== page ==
Your Questions Answered

28 10 2008

In general, I get along terrifically with my fiancé’s children, but their mother has boundary issues that cause problems. Whenever one of the children perceives that I am doing something that their mother did before or still does now (sorting objects at our home for garage sale, making birthday cakes, sewing a jacket, snuggling in front of a movie or fixing their hair for an event), they will tell her about it casually in their daily phone call, then she calls my fiancé and complains to him. Sometimes she even tells the children that they should feel uncomfortable about it (we used to snuggle all the time, but now seldom do). My fiancé has told her that she’s crossing a boundary and that I’m not trying to replace her-just running our home and loving them-but how do we handle this one with the children? The mother (who wanted the divorce in the first place) can’t seem to make the transition appropriately. And I can’t imagine telling the children not to say anything to their mom. That seems wrong. Is this something we just have to wait out?  

Your instincts to not talk to the children about their mother are right on. If you did talk about her to them, your relationships would get messy fast because the kids will be forced to be in the middle and will certainly feel loyal to their mother. The best thing you can do is continue to show them affection while sending positive messages to the kids about their mother every time they bring something up. (This is difficult!!)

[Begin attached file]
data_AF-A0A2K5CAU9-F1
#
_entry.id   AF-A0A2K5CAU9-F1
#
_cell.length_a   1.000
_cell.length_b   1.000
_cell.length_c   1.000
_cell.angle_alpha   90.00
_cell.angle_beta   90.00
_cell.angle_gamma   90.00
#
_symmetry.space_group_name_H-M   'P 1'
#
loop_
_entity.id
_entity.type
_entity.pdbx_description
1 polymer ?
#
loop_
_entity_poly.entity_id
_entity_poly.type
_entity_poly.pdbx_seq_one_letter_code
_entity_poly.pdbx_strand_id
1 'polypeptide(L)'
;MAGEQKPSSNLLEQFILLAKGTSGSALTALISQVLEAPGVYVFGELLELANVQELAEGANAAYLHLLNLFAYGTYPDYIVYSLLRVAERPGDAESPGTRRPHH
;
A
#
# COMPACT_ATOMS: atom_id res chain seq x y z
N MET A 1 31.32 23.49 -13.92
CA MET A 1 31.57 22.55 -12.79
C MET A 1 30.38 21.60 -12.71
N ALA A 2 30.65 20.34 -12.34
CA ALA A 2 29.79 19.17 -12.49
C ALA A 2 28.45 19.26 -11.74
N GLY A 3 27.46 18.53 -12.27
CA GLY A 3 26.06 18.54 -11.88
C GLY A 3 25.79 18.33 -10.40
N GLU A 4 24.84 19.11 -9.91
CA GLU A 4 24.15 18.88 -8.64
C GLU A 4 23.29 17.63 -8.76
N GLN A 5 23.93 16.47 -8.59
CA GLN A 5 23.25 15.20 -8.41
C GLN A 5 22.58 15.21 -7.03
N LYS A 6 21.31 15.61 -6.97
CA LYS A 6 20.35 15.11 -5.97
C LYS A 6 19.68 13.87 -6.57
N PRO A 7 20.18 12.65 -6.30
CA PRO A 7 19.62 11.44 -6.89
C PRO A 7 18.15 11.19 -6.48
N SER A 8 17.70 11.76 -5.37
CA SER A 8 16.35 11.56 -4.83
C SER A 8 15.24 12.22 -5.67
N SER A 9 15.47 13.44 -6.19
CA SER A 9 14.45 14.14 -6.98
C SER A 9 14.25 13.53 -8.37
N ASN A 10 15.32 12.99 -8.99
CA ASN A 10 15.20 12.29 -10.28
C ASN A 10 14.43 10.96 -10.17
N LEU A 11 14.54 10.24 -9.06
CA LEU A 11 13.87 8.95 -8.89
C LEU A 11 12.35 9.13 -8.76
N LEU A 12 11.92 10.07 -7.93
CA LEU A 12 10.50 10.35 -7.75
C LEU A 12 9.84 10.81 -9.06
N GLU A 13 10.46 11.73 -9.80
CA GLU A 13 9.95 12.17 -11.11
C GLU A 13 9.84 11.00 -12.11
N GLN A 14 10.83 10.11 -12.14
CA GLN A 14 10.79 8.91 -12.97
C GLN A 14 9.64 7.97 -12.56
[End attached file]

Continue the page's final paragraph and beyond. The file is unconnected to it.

Meanwhile, your fiancé is doing the right thing by continually talking to his ex about how this hurts the kids. She is actually going to damage her children by not allowing them to have a relationship with their father and making them feel guilty about liking you. Sometimes this kind of behavior goes away as time passes and the ex feels more comfortable and less jealous. Sometimes it does not. Hopefully she will understand that as their mother it doesn’t matter what else happens in her children’s lives, she will always be their mother. Perhaps this could be a soothing message from Dad to his ex.
 
If there is a way to slip Mom information, there is a wonderful book that tells how this kind of thing affects children: Between Two Worlds by Elizabeth Marquardt. If you do feel you need to address Mom’s behavior at some point with the kids, it absolutely has to come from Dad. Not you. As the outsider, you will get blamed. This is certainly a challenging situation. It sounds like you’re doing all the right things. Just keep to the high road and hopefully she will come around. Keep in mind that ultimately it will be the children who will have to deal with the dynamics in the family. They will decide for themselves what is true, and your generous and loving actions may speak to them louder than their mother’s insecurity. Good luck!

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